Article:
Who to Blame for the Decline of the Middle Class
Posted at 10:30 a.m. on Aug. 27
David Autor and David Corn wonder whether we have “mechanized and computerized ourselves into obsolescence,” leading to the hollowing out of middle-income jobs.
“Workers without college education therefore concentrate in manual task-intensive jobs — like food services, cleaning and security — which are numerous but offer low wages, precarious job security and few prospects for upward mobility. This bifurcation of job opportunities has contributed to the historic rise in income inequality.”
“Following this logic, we predict that the middle-skill jobs that survive will combine routine technical tasks with abstract and manual tasks in which workers have a comparative advantage — interpersonal interaction, adaptability and problem-solving.”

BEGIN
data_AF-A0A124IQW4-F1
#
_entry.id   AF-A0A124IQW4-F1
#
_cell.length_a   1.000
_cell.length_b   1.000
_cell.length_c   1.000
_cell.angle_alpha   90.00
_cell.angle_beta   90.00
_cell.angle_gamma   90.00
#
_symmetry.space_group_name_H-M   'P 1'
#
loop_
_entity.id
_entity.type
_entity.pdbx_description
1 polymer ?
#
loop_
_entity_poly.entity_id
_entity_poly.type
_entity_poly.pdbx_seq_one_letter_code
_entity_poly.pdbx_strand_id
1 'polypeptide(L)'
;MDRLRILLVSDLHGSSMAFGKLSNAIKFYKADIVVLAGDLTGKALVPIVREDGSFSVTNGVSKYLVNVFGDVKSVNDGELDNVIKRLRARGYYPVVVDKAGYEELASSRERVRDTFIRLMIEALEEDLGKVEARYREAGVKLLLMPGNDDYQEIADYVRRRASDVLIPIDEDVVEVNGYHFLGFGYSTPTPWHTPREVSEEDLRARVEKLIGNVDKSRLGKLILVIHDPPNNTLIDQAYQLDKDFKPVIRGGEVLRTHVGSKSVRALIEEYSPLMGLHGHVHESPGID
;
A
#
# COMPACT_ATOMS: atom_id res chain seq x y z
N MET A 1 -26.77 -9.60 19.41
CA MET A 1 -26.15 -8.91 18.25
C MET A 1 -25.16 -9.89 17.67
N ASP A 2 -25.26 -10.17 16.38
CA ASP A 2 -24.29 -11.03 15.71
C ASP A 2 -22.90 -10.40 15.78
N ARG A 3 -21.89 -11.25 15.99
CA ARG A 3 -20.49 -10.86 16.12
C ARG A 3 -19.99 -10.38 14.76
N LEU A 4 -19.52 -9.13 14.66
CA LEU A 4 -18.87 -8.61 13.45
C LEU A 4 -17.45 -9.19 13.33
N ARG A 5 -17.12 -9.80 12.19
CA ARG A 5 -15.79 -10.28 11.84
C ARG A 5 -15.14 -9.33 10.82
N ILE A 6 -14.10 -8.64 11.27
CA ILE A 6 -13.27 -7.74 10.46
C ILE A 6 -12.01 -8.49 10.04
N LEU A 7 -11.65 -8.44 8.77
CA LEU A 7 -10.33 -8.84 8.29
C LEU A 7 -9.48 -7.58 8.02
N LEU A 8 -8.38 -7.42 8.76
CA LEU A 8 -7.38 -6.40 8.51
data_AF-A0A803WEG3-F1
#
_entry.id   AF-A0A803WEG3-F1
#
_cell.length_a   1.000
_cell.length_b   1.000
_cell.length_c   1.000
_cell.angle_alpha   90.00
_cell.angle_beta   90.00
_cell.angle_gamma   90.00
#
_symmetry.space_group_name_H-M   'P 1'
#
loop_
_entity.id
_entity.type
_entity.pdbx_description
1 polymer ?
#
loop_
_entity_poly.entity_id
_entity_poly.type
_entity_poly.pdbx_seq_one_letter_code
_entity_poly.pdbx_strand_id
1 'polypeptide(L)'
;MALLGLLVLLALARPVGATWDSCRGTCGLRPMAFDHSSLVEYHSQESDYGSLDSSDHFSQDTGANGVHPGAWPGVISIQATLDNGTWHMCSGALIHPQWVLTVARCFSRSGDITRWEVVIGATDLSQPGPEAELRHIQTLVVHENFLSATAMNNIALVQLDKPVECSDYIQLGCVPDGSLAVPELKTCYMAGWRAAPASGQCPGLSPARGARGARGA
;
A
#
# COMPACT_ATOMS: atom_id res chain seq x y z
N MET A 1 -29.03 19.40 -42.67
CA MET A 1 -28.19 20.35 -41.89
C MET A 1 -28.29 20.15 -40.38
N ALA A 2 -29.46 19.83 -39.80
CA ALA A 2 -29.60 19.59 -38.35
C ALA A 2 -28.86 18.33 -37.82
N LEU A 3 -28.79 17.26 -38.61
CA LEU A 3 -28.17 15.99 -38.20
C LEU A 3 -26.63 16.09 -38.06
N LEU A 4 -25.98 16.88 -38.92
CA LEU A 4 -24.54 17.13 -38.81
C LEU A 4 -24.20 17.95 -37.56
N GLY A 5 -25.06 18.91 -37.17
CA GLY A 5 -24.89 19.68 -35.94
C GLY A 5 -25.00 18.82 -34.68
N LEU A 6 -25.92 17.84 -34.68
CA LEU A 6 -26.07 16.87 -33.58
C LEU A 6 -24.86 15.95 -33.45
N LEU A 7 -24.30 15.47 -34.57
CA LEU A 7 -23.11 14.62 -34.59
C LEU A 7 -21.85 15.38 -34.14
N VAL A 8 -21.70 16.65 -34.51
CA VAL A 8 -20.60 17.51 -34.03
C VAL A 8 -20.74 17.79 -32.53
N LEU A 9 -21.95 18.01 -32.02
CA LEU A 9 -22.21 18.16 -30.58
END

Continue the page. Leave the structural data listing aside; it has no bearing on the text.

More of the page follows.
Matthew Yglesias isn’t so sure that technology is to blame for income polarization.
“But if people had more money, people would demand more high-end leisure activities… It’s a full-spectrum cycle of income stagnation, where households don’t have the money to buy nice services and therefore people can’t get jobs providing nice services.”